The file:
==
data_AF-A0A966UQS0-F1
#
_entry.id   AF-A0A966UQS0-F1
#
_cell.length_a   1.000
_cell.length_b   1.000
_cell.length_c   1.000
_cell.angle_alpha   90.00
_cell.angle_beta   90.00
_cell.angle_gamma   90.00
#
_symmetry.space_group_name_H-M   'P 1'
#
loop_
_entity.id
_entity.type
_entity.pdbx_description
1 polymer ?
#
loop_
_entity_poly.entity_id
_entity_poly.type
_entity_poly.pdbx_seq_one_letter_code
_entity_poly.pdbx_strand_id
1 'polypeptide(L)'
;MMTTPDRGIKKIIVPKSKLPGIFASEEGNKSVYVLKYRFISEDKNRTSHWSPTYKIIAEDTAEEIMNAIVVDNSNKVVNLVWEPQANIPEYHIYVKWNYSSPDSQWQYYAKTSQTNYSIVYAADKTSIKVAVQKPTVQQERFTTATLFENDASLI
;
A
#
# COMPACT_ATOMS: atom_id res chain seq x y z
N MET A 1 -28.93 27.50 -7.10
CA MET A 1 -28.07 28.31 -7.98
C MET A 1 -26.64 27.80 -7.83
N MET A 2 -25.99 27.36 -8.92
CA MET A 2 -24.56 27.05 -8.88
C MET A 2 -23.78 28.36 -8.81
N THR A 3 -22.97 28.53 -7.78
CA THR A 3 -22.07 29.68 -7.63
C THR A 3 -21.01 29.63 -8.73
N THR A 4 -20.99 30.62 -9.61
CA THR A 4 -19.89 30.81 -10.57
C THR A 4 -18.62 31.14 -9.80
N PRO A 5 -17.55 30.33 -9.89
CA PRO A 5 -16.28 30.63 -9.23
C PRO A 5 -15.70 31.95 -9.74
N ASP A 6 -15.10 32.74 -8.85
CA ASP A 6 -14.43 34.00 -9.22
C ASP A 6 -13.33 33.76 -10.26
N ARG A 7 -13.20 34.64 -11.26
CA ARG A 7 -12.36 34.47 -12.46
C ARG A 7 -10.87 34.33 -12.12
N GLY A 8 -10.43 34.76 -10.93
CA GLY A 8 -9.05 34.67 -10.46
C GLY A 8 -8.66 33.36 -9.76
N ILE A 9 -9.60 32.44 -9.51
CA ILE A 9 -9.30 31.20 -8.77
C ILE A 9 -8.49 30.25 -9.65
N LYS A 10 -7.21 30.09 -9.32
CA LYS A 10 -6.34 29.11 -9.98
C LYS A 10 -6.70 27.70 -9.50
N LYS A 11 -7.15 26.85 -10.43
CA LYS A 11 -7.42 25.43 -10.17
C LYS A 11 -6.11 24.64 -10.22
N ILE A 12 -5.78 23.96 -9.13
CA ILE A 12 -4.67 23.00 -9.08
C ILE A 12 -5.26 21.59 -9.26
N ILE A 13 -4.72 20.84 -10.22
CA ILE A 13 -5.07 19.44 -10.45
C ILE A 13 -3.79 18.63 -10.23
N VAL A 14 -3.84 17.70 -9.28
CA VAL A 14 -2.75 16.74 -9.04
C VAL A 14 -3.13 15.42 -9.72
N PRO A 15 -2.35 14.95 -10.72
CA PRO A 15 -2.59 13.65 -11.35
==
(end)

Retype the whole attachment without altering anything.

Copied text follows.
data_AF-A0A966UQS0-F1
#
_entry.id   AF-A0A966UQS0-F1
#
_cell.length_a   1.000
_cell.length_b   1.000
_cell.length_c   1.000
_cell.angle_alpha   90.00
_cell.angle_beta   90.00
_cell.angle_gamma   90.00
#
_symmetry.space_group_name_H-M   'P 1'
#
loop_
_entity.id
_entity.type
_entity.pdbx_description
1 polymer ?
#
loop_
_entity_poly.entity_id
_entity_poly.type
_entity_poly.pdbx_seq_one_letter_code
_entity_poly.pdbx_strand_id
1 'polypeptide(L)'
;MMTTPDRGIKKIIVPKSKLPGIFASEEGNKSVYVLKYRFISEDKNRTSHWSPTYKIIAEDTAEEIMNAIVVDNSNKVVNLVWEPQANIPEYHIYVKWNYSSPDSQWQYYAKTSQTNYSIVYAADKTSIKVAVQKPTVQQERFTTATLFENDASLI
;
A
#
# COMPACT_ATOMS: atom_id res chain seq x y z
N MET A 1 -28.93 27.50 -7.10
CA MET A 1 -28.07 28.31 -7.98
C MET A 1 -26.64 27.80 -7.83
N MET A 2 -25.99 27.36 -8.92
CA MET A 2 -24.56 27.05 -8.88
C MET A 2 -23.78 28.36 -8.81
N THR A 3 -22.97 28.53 -7.78
CA THR A 3 -22.07 29.68 -7.63
C THR A 3 -21.01 29.63 -8.73
N THR A 4 -20.99 30.62 -9.61
CA THR A 4 -19.89 30.81 -10.57
C THR A 4 -18.62 31.14 -9.80
N PRO A 5 -17.55 30.33 -9.89
CA PRO A 5 -16.28 30.63 -9.23
C PRO A 5 -15.70 31.95 -9.74
N ASP A 6 -15.10 32.74 -8.85
CA ASP A 6 -14.43 34.00 -9.22
C ASP A 6 -13.33 33.76 -10.26
N ARG A 7 -13.20 34.64 -11.26
CA ARG A 7 -12.36 34.47 -12.46
C ARG A 7 -10.87 34.33 -12.12
N GLY A 8 -10.43 34.76 -10.93
CA GLY A 8 -9.05 34.67 -10.46
C GLY A 8 -8.66 33.36 -9.76
N ILE A 9 -9.60 32.44 -9.51
CA ILE A 9 -9.30 31.20 -8.77
C ILE A 9 -8.49 30.25 -9.65
N LYS A 10 -7.21 30.09 -9.32
CA LYS A 10 -6.34 29.11 -9.98
C LYS A 10 -6.70 27.70 -9.50
N LYS A 11 -7.15 26.85 -10.43
CA LYS A 11 -7.42 25.43 -10.17
C LYS A 11 -6.11 24.64 -10.22
N ILE A 12 -5.78 23.96 -9.13
CA ILE A 12 -4.67 23.00 -9.08
C ILE A 12 -5.26 21.59 -9.26
N ILE A 13 -4.72 20.84 -10.22
CA ILE A 13 -5.07 19.44 -10.45
C ILE A 13 -3.79 18.63 -10.23
N VAL A 14 -3.84 17.70 -9.28
CA VAL A 14 -2.75 16.74 -9.04
C VAL A 14 -3.13 15.42 -9.72
N PRO A 15 -2.35 14.95 -10.72
CA PRO A 15 -2.59 13.65 -11.35